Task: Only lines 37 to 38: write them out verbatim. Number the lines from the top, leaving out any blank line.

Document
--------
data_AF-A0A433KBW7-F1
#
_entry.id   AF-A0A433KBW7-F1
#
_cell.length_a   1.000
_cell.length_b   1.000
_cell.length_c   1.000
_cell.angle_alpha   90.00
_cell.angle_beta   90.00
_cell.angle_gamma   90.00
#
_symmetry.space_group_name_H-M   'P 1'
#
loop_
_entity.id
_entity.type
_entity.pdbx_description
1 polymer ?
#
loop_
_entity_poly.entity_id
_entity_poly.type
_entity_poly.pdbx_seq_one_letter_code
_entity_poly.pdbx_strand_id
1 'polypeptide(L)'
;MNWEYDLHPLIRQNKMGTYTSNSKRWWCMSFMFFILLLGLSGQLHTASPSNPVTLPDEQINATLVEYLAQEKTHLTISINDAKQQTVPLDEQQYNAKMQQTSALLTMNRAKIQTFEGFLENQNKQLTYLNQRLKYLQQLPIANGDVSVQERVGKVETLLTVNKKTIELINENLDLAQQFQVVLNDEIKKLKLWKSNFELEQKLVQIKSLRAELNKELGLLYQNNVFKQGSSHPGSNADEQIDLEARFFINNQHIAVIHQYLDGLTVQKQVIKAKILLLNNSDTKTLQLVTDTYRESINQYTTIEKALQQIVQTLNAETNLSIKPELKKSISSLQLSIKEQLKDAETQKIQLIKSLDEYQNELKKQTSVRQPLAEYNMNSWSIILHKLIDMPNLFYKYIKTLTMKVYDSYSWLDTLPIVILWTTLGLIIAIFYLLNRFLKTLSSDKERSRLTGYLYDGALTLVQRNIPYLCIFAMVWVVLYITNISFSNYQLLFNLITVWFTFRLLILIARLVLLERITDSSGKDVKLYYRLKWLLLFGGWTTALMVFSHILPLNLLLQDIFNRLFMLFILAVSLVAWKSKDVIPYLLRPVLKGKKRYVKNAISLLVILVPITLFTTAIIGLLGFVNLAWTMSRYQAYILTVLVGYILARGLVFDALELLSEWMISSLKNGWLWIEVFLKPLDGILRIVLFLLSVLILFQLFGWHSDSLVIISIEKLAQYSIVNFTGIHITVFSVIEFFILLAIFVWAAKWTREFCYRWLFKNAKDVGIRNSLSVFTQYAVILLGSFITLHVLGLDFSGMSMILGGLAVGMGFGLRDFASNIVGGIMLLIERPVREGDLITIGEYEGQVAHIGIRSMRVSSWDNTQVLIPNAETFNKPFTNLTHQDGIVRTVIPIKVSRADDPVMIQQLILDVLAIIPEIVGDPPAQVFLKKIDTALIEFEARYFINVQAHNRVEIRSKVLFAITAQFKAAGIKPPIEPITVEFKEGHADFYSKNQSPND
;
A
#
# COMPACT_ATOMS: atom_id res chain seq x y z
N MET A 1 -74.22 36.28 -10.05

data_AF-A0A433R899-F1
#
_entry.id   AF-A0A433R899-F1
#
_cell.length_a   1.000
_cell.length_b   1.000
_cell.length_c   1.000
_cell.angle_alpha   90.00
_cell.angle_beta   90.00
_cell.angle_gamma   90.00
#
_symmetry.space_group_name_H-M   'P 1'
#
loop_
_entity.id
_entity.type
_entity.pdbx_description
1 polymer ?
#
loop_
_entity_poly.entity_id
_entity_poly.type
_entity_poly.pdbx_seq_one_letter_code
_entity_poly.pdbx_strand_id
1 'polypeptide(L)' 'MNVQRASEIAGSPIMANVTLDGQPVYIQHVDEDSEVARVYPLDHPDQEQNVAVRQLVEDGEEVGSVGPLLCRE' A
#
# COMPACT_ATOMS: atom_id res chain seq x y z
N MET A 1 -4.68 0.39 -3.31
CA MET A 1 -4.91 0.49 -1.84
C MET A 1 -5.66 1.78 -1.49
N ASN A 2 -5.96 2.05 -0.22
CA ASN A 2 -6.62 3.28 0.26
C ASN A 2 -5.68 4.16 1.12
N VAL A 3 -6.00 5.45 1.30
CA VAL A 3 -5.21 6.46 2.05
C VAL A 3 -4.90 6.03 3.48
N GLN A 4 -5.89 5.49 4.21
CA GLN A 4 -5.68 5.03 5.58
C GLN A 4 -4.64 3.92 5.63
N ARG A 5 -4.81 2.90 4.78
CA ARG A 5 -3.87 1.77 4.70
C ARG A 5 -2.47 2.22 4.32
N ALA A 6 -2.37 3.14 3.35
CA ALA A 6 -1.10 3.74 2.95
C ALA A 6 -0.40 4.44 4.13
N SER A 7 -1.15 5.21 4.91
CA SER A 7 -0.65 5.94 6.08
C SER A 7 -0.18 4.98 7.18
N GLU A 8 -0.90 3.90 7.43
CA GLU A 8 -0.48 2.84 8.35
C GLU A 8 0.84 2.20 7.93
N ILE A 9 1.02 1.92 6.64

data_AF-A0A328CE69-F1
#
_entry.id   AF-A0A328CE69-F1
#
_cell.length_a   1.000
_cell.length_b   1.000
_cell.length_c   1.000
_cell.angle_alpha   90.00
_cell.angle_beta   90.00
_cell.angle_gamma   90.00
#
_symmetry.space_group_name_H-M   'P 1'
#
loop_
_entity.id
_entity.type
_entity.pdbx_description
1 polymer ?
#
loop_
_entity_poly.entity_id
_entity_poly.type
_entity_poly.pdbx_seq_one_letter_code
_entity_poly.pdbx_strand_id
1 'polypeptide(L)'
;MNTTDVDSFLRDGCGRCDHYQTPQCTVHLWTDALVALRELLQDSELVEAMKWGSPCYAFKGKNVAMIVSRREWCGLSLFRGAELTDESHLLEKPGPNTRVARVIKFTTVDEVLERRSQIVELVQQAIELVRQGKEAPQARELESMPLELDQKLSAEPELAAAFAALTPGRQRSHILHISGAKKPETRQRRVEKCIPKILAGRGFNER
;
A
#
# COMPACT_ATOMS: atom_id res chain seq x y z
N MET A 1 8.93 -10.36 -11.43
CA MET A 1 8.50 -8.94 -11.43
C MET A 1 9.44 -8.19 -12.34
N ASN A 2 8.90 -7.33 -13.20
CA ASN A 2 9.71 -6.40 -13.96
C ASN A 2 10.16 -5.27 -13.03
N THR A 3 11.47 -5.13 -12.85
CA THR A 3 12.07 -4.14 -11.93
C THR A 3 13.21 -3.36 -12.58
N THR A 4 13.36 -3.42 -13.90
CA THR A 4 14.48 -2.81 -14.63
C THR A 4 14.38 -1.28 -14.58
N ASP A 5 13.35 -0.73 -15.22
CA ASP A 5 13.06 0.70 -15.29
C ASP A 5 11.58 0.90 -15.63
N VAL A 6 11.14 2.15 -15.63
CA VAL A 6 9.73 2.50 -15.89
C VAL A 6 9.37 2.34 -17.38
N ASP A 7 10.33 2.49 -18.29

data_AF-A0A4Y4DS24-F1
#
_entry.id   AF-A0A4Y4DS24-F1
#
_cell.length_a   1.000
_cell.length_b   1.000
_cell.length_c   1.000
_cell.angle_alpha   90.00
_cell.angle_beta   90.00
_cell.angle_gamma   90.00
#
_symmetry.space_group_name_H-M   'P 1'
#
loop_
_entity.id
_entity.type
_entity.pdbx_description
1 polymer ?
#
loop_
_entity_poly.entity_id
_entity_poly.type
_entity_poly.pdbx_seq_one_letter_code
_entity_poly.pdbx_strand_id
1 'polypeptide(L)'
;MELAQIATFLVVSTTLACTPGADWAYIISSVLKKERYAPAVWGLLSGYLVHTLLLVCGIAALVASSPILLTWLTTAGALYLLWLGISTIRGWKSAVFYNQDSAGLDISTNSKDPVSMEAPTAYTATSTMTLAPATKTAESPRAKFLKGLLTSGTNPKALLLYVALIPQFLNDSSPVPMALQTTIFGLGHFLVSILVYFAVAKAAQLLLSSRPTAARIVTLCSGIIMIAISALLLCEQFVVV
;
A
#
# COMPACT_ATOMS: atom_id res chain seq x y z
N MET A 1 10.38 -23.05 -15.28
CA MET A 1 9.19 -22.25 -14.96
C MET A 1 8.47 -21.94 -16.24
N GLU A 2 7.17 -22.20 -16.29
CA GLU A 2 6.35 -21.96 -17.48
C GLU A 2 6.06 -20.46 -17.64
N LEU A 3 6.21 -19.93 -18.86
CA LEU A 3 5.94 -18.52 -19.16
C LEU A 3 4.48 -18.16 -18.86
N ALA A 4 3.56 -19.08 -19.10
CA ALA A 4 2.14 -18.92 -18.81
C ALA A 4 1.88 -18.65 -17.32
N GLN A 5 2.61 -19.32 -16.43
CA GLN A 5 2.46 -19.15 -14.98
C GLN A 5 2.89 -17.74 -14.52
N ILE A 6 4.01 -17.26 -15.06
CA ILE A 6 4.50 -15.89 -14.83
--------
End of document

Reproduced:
_cell.length_b   1.000
_cell.length_c   1.000